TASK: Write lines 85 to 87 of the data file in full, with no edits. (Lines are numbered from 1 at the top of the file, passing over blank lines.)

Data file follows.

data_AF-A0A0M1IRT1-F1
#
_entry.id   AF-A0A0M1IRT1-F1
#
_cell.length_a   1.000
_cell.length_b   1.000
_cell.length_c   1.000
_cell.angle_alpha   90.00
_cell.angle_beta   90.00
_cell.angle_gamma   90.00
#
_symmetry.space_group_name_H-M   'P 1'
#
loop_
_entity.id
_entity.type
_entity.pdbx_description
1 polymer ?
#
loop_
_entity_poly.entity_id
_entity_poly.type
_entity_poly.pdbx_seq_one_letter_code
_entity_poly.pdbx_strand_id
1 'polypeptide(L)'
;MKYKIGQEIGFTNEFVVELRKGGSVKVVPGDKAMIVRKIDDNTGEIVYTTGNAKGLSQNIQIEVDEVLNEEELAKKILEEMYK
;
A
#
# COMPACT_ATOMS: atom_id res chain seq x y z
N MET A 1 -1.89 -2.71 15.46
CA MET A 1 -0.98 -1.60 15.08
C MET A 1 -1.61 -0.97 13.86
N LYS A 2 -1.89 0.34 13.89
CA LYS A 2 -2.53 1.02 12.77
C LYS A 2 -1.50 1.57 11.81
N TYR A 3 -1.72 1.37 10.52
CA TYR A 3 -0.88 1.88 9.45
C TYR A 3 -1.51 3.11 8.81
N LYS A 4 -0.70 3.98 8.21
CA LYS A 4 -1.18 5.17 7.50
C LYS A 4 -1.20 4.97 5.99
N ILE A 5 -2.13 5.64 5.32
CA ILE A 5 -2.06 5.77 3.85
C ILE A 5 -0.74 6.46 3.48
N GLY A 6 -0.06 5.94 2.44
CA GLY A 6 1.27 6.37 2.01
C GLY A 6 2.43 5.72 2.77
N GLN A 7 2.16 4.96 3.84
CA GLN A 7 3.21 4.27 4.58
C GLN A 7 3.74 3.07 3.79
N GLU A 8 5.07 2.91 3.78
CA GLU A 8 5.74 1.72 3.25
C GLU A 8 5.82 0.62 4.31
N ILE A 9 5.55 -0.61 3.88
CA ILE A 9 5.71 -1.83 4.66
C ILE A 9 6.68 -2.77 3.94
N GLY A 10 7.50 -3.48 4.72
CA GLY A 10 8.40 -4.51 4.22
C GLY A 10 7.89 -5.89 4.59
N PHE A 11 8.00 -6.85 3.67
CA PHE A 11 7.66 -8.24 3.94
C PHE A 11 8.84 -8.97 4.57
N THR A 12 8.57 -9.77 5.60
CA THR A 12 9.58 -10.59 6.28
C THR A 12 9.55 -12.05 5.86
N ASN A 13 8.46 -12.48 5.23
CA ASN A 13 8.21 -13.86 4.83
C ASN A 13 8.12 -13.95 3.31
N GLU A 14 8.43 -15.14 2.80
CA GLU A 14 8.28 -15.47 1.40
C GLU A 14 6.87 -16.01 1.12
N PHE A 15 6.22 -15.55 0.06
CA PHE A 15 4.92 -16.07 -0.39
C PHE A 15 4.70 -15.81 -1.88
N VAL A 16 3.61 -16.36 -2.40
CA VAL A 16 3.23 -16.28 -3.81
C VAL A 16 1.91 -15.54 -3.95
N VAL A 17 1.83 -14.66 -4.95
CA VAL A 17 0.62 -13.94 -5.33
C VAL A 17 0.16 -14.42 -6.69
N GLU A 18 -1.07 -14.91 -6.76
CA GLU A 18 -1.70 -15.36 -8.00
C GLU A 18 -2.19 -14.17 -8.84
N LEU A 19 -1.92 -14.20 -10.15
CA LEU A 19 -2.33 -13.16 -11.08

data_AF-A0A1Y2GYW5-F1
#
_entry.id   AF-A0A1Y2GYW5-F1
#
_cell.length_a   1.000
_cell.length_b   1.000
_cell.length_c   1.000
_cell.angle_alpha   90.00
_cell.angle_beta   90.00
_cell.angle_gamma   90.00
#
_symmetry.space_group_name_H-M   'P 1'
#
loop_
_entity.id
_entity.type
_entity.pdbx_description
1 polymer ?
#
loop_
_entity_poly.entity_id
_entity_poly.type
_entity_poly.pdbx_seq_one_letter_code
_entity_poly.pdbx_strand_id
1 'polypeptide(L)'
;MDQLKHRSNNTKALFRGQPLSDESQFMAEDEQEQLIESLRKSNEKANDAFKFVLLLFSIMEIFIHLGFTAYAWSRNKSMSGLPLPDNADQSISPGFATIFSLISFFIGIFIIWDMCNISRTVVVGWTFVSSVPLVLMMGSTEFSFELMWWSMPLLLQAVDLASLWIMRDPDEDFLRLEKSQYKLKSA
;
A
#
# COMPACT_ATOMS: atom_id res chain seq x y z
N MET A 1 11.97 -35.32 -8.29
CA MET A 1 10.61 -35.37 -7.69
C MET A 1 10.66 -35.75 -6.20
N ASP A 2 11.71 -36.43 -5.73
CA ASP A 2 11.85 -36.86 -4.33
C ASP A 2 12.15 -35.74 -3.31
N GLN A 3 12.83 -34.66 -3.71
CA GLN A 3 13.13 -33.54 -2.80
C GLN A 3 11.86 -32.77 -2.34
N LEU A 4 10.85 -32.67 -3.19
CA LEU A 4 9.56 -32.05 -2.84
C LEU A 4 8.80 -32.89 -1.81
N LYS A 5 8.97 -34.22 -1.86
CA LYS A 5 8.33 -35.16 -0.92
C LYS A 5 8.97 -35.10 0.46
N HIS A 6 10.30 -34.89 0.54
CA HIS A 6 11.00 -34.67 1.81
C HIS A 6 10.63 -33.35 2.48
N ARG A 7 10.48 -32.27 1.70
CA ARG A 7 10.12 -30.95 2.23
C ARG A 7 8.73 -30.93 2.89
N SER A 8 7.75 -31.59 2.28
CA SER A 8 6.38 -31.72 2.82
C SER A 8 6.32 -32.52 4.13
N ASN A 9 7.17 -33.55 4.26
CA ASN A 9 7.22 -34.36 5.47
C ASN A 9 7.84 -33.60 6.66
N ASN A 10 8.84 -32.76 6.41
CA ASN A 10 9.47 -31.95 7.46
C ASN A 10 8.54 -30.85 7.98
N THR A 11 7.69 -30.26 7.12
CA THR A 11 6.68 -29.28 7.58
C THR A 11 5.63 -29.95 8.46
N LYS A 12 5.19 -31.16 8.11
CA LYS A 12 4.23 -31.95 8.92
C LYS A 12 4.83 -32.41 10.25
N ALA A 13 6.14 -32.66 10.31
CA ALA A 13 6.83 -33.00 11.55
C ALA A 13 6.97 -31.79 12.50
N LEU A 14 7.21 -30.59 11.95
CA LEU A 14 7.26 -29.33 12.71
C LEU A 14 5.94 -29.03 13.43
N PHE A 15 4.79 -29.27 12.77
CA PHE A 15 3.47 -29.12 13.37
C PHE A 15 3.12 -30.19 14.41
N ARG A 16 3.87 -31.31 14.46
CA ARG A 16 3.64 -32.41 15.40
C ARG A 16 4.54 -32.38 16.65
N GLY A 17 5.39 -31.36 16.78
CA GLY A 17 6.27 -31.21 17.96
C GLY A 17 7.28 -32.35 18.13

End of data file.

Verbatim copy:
N LEU A 19 -1.92 -14.20 -10.15
CA LEU A 19 -2.33 -13.16 -11.08

data_AF-A0A1Y2GYW5-F1